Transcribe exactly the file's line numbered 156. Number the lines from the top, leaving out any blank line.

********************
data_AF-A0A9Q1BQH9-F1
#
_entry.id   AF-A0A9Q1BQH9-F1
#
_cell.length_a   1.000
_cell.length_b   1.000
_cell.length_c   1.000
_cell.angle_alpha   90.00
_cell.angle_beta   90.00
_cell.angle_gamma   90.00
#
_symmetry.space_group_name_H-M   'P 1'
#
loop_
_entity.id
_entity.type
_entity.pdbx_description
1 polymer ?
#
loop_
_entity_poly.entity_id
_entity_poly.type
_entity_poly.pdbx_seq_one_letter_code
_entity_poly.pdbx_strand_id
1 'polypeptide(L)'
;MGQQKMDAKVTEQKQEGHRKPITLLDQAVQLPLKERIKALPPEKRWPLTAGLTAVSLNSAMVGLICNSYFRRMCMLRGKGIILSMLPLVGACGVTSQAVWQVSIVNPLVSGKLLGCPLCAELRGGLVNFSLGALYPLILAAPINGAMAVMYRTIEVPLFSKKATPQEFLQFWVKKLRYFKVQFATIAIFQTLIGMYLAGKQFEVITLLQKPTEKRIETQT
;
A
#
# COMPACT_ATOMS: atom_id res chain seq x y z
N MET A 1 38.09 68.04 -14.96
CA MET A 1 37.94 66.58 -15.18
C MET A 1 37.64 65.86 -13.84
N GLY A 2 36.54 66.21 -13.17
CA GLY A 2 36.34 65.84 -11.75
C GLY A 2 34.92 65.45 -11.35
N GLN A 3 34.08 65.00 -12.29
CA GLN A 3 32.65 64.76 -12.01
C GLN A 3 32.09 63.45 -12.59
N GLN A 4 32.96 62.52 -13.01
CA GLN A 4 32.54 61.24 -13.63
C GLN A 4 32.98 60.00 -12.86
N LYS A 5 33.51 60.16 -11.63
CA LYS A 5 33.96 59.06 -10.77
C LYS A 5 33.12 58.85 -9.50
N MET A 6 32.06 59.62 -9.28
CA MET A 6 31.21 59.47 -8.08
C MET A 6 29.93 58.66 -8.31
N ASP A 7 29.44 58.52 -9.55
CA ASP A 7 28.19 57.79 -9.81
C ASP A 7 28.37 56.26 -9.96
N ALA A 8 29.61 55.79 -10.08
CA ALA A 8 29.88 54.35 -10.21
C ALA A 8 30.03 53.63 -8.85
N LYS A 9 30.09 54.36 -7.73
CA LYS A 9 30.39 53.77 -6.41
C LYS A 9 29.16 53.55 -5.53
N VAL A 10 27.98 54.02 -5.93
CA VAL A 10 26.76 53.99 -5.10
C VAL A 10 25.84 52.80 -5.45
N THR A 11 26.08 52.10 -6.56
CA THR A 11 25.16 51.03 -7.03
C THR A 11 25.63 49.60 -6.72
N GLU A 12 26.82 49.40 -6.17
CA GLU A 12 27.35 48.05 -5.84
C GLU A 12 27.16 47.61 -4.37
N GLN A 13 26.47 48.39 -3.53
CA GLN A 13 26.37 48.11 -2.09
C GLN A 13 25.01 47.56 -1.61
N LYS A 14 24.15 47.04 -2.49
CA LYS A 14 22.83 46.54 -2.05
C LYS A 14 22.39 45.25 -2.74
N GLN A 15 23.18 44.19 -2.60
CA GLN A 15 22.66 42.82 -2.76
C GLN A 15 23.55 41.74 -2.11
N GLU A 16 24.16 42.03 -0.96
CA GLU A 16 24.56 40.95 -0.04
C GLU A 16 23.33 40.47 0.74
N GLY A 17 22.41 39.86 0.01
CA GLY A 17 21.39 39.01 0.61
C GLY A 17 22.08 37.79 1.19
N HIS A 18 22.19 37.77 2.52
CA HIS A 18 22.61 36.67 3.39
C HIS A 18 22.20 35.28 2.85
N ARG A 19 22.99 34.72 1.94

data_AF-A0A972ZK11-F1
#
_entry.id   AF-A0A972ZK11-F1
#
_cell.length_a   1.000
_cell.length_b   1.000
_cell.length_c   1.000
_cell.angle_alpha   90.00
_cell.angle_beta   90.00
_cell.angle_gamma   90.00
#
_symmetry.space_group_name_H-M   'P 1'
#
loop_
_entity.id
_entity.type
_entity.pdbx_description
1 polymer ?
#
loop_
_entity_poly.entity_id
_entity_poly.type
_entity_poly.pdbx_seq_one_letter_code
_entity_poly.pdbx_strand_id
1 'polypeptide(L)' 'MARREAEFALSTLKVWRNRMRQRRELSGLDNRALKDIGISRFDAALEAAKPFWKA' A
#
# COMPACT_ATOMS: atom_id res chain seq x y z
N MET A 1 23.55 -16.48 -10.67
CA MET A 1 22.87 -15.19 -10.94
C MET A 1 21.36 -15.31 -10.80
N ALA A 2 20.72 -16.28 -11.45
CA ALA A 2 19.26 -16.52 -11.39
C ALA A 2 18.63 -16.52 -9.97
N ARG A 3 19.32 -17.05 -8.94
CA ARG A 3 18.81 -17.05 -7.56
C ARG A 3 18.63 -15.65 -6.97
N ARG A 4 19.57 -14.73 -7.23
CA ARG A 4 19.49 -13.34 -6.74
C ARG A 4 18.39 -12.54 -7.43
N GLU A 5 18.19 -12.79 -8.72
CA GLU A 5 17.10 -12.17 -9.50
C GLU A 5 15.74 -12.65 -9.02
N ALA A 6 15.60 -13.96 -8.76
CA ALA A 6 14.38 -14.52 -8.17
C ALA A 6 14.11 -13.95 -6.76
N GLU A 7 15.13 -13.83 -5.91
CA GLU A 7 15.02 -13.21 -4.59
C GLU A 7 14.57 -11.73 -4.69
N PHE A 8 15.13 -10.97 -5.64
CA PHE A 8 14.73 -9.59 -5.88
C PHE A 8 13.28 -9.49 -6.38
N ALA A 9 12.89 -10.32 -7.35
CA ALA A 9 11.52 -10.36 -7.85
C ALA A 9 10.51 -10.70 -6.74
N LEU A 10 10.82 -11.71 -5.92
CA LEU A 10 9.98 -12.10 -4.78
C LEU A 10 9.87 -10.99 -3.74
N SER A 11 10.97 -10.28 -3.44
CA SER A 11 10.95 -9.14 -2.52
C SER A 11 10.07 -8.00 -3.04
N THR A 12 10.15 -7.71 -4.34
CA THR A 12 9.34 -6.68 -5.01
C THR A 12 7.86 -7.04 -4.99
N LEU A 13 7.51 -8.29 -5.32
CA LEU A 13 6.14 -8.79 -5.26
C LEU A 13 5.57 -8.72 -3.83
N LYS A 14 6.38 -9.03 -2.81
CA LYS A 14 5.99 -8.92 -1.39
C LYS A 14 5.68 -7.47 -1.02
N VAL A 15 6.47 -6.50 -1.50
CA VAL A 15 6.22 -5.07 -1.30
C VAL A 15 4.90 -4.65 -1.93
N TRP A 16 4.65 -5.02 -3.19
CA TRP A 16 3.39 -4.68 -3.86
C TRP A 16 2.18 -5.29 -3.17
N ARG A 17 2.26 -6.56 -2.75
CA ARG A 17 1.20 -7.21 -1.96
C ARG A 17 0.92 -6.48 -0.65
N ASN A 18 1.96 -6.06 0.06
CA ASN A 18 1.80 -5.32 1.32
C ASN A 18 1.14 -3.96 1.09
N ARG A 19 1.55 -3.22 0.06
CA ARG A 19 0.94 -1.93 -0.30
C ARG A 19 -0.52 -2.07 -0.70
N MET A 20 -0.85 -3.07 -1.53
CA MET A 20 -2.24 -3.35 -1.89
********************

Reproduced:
CA VAL A 15 6.22 -5.07 -1.30